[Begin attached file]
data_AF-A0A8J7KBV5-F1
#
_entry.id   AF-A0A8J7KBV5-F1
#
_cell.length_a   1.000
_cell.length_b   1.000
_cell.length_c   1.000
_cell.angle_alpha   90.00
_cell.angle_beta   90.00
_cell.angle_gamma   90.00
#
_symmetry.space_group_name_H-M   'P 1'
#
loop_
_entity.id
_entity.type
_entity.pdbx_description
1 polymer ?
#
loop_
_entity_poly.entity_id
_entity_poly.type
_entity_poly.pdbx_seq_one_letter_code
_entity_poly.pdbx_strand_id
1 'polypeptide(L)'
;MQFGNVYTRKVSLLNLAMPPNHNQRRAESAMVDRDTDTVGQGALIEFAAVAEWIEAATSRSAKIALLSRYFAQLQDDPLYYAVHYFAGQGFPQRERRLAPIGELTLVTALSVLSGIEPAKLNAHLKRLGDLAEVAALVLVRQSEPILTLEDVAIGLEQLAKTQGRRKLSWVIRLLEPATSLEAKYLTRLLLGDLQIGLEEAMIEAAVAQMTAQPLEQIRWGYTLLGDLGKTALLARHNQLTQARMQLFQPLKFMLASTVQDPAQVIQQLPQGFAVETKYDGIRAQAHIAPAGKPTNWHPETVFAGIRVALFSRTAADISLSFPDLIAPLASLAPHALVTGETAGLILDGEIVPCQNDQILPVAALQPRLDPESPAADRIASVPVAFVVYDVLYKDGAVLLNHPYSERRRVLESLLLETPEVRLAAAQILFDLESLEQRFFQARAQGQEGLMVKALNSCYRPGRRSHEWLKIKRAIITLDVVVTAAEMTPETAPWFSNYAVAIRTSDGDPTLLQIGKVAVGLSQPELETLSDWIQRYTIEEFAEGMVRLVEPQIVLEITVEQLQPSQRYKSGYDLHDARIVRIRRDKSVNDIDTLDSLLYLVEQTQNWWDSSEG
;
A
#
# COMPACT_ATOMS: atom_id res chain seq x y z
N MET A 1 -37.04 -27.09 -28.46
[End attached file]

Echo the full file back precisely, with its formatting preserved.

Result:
data_AF-A0A8J7KBV5-F1
#
_entry.id   AF-A0A8J7KBV5-F1
#
_cell.length_a   1.000
_cell.length_b   1.000
_cell.length_c   1.000
_cell.angle_alpha   90.00
_cell.angle_beta   90.00
_cell.angle_gamma   90.00
#
_symmetry.space_group_name_H-M   'P 1'
#
loop_
_entity.id
_entity.type
_entity.pdbx_description
1 polymer ?
#
loop_
_entity_poly.entity_id
_entity_poly.type
_entity_poly.pdbx_seq_one_letter_code
_entity_poly.pdbx_strand_id
1 'polypeptide(L)'
;MQFGNVYTRKVSLLNLAMPPNHNQRRAESAMVDRDTDTVGQGALIEFAAVAEWIEAATSRSAKIALLSRYFAQLQDDPLYYAVHYFAGQGFPQRERRLAPIGELTLVTALSVLSGIEPAKLNAHLKRLGDLAEVAALVLVRQSEPILTLEDVAIGLEQLAKTQGRRKLSWVIRLLEPATSLEAKYLTRLLLGDLQIGLEEAMIEAAVAQMTAQPLEQIRWGYTLLGDLGKTALLARHNQLTQARMQLFQPLKFMLASTVQDPAQVIQQLPQGFAVETKYDGIRAQAHIAPAGKPTNWHPETVFAGIRVALFSRTAADISLSFPDLIAPLASLAPHALVTGETAGLILDGEIVPCQNDQILPVAALQPRLDPESPAADRIASVPVAFVVYDVLYKDGAVLLNHPYSERRRVLESLLLETPEVRLAAAQILFDLESLEQRFFQARAQGQEGLMVKALNSCYRPGRRSHEWLKIKRAIITLDVVVTAAEMTPETAPWFSNYAVAIRTSDGDPTLLQIGKVAVGLSQPELETLSDWIQRYTIEEFAEGMVRLVEPQIVLEITVEQLQPSQRYKSGYDLHDARIVRIRRDKSVNDIDTLDSLLYLVEQTQNWWDSSEG
;
A
#
# COMPACT_ATOMS: atom_id res chain seq x y z
N MET A 1 -37.04 -27.09 -28.46